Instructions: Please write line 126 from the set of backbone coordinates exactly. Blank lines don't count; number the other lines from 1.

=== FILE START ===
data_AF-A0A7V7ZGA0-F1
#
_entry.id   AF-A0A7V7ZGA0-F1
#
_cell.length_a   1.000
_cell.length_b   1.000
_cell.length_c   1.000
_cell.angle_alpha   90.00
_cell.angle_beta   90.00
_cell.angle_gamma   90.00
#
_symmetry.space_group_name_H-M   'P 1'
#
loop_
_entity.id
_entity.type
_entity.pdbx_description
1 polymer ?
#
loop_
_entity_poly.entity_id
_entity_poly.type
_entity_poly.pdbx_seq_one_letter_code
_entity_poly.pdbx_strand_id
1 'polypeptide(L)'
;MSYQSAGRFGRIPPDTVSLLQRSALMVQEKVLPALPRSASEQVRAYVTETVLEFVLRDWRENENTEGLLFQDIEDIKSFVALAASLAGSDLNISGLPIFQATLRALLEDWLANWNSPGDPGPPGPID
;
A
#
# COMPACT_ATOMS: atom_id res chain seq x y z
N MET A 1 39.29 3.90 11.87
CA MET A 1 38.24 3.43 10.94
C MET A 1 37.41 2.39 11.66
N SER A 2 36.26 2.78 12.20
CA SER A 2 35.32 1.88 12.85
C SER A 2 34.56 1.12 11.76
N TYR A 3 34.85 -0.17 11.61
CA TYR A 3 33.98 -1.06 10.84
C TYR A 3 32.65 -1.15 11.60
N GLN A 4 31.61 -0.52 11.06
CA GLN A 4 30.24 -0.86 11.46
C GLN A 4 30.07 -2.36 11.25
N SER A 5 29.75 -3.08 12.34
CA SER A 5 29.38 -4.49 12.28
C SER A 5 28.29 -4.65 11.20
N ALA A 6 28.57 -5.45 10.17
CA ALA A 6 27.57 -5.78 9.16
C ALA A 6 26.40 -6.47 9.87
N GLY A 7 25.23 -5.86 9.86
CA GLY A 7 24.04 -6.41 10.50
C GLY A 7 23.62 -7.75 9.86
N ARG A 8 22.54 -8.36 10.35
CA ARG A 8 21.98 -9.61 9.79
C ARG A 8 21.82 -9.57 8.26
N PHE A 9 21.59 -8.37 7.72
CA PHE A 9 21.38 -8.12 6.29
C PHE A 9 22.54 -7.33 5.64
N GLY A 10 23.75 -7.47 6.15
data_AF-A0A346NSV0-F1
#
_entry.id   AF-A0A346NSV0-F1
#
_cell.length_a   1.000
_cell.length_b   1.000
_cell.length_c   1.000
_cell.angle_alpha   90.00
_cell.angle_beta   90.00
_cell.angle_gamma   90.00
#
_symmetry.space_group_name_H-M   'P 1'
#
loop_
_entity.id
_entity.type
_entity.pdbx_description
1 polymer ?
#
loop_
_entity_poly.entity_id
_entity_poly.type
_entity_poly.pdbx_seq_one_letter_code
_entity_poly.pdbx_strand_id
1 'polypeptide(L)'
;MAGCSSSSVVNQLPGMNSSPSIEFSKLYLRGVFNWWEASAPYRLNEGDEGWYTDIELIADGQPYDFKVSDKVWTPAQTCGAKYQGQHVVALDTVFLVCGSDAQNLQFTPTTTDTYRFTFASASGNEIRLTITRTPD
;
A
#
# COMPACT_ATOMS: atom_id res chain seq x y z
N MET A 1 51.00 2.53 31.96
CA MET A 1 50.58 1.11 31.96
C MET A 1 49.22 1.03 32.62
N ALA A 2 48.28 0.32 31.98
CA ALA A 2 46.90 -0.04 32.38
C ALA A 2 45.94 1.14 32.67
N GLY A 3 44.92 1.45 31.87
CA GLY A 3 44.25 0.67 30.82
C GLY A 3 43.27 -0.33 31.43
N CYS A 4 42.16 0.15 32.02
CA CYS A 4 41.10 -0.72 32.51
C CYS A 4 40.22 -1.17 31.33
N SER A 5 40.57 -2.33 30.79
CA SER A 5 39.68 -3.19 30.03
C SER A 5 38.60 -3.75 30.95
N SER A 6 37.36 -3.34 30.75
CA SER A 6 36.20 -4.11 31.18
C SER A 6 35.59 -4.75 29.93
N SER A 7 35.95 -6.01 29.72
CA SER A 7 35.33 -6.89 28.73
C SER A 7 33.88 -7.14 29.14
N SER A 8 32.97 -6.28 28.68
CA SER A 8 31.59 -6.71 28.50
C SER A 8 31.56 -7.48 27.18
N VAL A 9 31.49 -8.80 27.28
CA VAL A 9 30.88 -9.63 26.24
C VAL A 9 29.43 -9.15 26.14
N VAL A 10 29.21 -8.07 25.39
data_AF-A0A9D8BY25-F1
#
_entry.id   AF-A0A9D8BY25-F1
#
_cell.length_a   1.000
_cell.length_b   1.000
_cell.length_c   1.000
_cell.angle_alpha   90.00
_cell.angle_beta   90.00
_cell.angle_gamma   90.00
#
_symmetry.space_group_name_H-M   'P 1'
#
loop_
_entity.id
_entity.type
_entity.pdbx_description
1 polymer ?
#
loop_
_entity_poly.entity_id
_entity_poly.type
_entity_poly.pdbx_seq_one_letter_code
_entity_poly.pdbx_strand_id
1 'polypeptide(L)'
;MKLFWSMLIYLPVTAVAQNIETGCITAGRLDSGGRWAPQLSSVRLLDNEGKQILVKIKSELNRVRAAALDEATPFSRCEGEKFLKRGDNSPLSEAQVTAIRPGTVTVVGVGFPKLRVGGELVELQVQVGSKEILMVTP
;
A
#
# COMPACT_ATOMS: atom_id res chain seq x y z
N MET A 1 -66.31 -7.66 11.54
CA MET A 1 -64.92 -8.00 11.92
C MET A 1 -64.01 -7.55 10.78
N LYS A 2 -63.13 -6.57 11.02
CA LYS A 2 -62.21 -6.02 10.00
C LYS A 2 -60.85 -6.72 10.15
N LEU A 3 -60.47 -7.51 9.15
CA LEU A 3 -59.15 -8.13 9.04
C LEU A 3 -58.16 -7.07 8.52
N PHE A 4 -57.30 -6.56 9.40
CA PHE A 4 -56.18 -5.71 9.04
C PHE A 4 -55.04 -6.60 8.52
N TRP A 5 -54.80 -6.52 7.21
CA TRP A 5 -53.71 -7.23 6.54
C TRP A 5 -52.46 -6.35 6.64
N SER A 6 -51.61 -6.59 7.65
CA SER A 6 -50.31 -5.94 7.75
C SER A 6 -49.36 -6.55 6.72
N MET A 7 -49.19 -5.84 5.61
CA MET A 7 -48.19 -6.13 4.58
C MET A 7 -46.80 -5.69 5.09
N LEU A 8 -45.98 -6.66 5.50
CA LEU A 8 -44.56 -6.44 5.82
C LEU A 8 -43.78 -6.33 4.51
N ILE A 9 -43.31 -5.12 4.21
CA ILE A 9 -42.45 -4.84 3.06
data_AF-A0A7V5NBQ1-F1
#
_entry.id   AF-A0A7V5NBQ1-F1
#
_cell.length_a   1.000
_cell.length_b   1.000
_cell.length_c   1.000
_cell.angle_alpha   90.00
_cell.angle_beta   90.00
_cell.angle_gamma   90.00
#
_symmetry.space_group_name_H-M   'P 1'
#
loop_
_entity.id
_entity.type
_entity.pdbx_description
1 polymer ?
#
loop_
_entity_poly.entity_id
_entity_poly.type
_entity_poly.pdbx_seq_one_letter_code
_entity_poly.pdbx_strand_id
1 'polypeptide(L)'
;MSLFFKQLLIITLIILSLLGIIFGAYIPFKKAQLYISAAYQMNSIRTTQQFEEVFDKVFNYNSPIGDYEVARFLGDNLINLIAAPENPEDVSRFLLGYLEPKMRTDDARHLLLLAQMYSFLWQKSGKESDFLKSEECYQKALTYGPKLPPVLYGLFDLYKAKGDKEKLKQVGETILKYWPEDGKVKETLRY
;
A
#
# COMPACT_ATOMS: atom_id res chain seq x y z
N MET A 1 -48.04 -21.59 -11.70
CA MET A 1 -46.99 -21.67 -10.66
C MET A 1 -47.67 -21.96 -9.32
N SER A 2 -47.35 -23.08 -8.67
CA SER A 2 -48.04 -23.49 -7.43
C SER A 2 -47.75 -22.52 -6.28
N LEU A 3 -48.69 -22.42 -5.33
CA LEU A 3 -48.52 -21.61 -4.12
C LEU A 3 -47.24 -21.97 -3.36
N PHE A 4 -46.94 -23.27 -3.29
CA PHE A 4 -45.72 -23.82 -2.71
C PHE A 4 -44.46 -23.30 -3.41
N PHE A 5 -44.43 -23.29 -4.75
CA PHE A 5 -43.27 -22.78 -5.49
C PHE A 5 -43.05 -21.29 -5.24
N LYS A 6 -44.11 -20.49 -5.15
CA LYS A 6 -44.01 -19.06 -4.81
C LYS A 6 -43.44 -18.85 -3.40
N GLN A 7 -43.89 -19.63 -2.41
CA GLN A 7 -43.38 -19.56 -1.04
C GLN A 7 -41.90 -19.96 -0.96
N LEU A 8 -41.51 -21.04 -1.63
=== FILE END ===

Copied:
_cell.angle_gamma   90.00